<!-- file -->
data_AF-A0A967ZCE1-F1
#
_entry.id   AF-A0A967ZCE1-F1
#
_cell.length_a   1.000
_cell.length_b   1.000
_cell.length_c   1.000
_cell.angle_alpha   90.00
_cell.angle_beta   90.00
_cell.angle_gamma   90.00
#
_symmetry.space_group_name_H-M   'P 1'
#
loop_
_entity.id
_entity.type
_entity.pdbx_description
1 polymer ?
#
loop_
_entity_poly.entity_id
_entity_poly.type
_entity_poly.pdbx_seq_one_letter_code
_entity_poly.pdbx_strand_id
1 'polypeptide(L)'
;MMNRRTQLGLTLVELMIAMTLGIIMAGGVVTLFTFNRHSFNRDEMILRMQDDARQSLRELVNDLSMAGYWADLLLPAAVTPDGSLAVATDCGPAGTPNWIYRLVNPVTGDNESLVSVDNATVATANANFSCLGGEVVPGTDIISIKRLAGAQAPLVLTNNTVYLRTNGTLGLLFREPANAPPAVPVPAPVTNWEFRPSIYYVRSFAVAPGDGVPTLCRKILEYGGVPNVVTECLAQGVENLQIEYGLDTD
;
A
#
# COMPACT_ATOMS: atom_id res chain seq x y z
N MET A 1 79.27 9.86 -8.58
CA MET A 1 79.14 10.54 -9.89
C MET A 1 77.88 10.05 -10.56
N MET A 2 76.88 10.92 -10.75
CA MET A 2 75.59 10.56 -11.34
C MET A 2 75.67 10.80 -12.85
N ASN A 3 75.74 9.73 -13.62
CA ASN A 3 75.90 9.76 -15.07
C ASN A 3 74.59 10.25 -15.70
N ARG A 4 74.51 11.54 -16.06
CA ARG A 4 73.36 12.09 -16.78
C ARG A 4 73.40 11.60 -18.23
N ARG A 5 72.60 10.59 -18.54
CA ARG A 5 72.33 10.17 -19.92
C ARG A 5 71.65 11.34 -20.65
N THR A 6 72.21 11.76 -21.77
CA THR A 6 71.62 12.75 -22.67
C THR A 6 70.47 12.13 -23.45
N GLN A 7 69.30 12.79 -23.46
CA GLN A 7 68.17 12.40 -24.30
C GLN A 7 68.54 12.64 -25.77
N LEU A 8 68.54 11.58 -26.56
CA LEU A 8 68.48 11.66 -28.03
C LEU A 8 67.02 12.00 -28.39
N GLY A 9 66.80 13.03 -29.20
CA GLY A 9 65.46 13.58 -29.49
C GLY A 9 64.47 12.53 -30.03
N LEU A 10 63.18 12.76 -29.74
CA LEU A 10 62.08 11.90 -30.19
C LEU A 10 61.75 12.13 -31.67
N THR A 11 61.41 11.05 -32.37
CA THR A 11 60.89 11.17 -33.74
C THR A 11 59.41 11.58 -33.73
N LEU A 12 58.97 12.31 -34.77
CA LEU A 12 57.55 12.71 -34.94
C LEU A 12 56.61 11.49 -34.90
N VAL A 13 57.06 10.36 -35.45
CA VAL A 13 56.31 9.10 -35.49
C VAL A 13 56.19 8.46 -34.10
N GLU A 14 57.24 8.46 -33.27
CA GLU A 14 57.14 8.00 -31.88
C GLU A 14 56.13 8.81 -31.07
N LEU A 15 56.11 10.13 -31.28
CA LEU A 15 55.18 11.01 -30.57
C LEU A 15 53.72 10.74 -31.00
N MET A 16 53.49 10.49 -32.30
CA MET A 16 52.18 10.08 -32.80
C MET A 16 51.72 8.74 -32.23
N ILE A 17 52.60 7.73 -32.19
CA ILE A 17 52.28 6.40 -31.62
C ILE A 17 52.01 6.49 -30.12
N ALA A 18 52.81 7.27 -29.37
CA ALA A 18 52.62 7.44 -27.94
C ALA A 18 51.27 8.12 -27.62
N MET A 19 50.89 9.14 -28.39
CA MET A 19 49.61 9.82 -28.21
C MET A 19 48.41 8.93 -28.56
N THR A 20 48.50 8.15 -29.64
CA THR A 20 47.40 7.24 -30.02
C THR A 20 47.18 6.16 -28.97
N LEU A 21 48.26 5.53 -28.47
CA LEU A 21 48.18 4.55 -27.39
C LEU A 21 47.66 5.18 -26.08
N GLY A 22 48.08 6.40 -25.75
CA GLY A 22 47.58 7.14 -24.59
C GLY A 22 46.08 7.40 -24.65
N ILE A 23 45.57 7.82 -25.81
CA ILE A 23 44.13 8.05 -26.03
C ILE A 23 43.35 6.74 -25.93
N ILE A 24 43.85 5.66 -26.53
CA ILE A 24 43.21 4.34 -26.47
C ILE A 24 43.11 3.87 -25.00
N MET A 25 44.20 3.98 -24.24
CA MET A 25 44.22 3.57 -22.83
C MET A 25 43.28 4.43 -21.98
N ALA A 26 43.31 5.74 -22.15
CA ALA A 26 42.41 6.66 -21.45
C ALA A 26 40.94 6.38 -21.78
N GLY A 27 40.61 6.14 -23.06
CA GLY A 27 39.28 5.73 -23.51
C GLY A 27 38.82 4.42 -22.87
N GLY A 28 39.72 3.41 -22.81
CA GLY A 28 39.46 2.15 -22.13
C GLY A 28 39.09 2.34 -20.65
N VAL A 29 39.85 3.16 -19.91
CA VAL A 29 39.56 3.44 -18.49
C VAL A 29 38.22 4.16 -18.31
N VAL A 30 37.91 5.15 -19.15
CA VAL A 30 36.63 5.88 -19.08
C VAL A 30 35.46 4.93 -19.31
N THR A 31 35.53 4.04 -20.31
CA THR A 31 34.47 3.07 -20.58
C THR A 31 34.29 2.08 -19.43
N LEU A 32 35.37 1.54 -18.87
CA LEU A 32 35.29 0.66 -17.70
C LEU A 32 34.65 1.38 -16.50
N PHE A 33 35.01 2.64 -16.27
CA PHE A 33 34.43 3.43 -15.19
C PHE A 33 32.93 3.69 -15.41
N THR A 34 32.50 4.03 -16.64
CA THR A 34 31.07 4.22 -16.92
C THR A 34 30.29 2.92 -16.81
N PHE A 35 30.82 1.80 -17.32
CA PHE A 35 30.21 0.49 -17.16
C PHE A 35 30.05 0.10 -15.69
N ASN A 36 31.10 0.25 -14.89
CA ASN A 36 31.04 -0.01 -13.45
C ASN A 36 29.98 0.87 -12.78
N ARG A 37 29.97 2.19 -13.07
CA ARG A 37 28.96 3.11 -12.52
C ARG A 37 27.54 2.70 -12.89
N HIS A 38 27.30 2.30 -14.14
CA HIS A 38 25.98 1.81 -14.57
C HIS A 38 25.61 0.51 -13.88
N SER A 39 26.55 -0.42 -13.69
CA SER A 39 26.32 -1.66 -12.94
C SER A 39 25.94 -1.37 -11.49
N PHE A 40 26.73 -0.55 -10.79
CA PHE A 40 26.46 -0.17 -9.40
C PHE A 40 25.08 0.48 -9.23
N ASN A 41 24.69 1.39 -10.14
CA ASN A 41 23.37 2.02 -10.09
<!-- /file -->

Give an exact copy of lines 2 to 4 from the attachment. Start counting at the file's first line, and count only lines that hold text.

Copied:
#
_entry.id   AF-A0A967ZCE1-F1
#